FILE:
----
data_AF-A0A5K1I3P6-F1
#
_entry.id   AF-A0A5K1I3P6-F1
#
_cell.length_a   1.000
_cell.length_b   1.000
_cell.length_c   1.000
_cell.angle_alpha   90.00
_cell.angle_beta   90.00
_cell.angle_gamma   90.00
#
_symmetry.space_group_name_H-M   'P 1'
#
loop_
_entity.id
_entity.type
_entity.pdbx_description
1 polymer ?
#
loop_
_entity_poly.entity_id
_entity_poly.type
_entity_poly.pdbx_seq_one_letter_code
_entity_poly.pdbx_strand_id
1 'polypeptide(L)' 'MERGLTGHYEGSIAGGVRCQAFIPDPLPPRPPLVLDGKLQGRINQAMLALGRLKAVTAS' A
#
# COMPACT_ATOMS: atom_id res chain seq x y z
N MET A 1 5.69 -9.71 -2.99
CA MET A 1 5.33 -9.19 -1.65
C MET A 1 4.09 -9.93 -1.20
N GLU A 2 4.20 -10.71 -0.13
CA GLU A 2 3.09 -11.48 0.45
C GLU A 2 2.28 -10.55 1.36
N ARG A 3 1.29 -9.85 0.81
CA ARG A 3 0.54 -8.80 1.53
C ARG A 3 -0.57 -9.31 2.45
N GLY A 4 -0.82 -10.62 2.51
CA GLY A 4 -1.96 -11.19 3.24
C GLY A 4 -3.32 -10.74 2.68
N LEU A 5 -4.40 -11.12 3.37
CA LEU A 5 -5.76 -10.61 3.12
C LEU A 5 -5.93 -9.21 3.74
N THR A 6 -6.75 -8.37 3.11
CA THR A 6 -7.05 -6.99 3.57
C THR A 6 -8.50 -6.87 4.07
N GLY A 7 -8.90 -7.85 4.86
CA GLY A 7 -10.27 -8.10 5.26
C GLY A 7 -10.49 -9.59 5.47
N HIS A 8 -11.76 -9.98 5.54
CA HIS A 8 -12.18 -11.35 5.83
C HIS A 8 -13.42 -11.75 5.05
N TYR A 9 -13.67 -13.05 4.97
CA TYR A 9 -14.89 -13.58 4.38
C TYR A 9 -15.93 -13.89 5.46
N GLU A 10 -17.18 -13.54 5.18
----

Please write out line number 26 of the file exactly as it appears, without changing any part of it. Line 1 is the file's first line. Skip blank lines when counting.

#